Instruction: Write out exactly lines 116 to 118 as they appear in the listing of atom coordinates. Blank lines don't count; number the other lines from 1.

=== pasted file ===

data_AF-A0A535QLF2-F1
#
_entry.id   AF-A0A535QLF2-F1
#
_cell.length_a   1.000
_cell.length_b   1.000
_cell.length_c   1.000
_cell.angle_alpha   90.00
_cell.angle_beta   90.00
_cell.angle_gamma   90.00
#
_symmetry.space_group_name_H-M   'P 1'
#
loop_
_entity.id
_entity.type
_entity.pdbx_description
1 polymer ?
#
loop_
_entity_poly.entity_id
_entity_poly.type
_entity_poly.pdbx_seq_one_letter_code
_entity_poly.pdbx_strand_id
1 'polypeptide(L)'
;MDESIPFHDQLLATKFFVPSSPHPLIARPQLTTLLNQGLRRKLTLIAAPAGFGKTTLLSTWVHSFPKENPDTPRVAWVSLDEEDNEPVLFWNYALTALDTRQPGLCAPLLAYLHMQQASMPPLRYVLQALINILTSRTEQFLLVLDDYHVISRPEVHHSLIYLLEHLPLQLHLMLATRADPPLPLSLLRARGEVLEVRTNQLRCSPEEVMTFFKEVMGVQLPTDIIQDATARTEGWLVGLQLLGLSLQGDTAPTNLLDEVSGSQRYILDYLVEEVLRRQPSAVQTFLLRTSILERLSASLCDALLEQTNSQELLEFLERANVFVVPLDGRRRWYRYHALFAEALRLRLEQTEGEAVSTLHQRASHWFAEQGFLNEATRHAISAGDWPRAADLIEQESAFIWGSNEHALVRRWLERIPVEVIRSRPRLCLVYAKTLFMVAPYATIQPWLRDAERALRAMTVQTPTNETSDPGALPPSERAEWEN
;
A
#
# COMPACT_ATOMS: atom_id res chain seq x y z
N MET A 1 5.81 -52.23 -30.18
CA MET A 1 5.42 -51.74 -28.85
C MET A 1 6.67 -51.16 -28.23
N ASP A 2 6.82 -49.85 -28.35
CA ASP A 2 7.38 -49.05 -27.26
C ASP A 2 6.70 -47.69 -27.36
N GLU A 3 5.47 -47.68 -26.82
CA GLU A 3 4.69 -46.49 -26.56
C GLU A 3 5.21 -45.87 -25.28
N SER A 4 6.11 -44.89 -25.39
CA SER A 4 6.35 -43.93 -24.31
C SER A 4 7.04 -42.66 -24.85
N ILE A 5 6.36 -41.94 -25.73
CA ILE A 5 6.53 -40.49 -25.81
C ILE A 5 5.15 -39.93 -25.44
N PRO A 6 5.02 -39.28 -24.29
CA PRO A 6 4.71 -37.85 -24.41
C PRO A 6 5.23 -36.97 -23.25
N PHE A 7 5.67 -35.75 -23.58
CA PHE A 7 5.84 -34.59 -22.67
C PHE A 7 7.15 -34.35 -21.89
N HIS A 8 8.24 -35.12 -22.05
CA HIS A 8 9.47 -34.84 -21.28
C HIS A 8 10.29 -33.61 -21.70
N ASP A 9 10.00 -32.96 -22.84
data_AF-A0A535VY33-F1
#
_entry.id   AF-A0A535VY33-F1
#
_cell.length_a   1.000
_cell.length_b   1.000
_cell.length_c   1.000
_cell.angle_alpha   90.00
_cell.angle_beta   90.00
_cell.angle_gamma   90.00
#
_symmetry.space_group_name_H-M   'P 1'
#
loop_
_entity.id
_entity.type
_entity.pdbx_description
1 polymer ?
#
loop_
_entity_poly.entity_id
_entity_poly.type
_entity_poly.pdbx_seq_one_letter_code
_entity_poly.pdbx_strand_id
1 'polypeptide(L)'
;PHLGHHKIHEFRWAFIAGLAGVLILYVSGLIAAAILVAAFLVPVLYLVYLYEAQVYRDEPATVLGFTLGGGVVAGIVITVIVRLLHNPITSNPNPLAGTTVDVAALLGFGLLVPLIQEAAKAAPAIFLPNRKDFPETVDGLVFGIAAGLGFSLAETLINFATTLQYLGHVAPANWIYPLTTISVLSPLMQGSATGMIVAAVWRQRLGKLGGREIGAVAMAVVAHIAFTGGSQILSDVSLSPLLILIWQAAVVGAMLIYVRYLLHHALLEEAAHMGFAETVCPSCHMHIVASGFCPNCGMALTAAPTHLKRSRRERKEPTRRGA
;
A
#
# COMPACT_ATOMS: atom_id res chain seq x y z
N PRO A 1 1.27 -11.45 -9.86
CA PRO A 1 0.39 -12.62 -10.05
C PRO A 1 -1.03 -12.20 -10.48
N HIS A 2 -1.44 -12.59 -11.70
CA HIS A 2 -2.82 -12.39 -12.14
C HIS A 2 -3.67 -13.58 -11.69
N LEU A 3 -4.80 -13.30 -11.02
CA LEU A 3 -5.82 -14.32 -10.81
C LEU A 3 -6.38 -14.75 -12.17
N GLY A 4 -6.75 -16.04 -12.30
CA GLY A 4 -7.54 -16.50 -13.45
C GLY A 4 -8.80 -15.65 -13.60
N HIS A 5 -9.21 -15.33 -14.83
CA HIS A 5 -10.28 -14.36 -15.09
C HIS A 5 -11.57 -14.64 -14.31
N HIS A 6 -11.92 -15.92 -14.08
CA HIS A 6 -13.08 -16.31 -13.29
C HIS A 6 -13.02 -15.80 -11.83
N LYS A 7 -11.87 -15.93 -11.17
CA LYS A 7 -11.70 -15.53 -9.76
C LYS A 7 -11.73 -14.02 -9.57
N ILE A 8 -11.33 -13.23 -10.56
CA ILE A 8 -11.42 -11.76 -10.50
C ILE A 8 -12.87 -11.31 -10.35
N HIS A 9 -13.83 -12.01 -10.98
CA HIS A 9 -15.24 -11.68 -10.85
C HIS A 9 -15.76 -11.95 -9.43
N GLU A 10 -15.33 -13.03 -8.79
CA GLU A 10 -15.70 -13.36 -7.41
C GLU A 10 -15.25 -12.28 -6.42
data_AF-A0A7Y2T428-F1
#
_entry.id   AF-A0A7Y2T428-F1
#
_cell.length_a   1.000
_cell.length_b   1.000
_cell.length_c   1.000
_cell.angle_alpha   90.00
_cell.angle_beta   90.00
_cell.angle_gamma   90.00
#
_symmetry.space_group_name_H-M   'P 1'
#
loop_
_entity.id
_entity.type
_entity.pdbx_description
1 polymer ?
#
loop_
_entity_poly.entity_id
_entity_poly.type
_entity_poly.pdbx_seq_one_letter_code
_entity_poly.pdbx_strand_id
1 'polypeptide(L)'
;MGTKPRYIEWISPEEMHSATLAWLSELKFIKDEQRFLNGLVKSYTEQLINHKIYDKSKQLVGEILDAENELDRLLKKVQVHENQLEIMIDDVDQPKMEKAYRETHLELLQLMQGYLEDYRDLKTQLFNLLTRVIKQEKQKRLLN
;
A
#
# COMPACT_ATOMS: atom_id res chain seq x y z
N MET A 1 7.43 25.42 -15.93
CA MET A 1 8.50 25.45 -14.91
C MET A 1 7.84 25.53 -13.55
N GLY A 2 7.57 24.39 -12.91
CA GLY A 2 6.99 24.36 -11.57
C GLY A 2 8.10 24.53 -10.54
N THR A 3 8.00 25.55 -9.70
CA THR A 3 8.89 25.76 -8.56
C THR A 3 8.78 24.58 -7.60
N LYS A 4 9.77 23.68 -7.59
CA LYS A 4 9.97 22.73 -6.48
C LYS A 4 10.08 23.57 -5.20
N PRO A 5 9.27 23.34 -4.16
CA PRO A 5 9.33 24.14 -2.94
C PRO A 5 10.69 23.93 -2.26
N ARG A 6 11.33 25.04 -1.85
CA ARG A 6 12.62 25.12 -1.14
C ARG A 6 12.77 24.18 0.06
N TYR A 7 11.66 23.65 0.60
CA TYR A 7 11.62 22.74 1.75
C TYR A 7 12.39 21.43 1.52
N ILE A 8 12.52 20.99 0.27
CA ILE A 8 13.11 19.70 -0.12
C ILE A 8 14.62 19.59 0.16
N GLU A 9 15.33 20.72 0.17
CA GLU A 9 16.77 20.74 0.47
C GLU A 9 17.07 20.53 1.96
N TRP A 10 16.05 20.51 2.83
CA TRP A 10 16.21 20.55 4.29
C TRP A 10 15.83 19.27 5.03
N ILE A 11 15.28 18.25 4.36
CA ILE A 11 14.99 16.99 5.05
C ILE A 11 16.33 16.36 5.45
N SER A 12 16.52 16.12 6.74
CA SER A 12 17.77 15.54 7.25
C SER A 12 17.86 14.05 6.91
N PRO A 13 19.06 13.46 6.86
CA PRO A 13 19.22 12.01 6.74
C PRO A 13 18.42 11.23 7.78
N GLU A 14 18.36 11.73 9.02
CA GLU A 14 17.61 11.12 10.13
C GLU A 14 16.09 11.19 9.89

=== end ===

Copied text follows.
data_AF-A0A7Y2T428-F1
#
_entry.id   AF-A0A7Y2T428-F1